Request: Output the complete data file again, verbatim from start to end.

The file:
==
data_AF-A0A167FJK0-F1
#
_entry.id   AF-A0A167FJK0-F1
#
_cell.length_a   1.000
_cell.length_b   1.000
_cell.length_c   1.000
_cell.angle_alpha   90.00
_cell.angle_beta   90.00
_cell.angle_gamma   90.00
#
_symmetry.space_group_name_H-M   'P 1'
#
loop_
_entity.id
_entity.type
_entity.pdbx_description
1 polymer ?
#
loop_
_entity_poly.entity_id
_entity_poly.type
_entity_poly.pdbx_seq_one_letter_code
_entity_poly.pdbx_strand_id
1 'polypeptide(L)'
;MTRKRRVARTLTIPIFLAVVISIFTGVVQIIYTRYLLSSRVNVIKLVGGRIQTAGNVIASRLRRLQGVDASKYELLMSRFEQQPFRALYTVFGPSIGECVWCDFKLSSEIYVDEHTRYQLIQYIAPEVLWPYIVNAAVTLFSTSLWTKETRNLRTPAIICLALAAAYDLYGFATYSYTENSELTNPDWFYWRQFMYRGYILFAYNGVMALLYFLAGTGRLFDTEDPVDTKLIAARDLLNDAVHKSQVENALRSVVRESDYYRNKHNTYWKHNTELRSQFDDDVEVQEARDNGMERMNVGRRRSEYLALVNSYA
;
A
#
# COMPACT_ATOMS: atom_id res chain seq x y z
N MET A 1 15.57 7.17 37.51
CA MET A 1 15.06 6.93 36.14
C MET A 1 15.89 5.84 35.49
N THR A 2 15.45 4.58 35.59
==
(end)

data_AF-A0A167FJK0-F1
#
_entry.id   AF-A0A167FJK0-F1
#
_cell.length_a   1.000
_cell.length_b   1.000
_cell.length_c   1.000
_cell.angle_alpha   90.00
_cell.angle_beta   90.00
_cell.angle_gamma   90.00
#
_symmetry.space_group_name_H-M   'P 1'
#
loop_
_entity.id
_entity.type
_entity.pdbx_description
1 polymer ?
#
loop_
_entity_poly.entity_id
_entity_poly.type
_entity_poly.pdbx_seq_one_letter_code
_entity_poly.pdbx_strand_id
1 'polypeptide(L)'
;MTRKRRVARTLTIPIFLAVVISIFTGVVQIIYTRYLLSSRVNVIKLVGGRIQTAGNVIASRLRRLQGVDASKYELLMSRFEQQPFRALYTVFGPSIGECVWCDFKLSSEIYVDEHTRYQLIQYIAPEVLWPYIVNAAVTLFSTSLWTKETRNLRTPAIICLALAAAYDLYGFATYSYTENSELTNPDWFYWRQFMYRGYILFAYNGVMALLYFLAGTGRLFDTEDPVDTKLIAARDLLNDAVHKSQVENALRSVVRESDYYRNKHNTYWKHNTELRSQFDDDVEVQEARDNGMERMNVGRRRSEYLALVNSYA
;
A
#
# COMPACT_ATOMS: atom_id res chain seq x y z
N MET A 1 15.57 7.17 37.51
CA MET A 1 15.06 6.93 36.14
C MET A 1 15.89 5.84 35.49
N THR A 2 15.45 4.58 35.59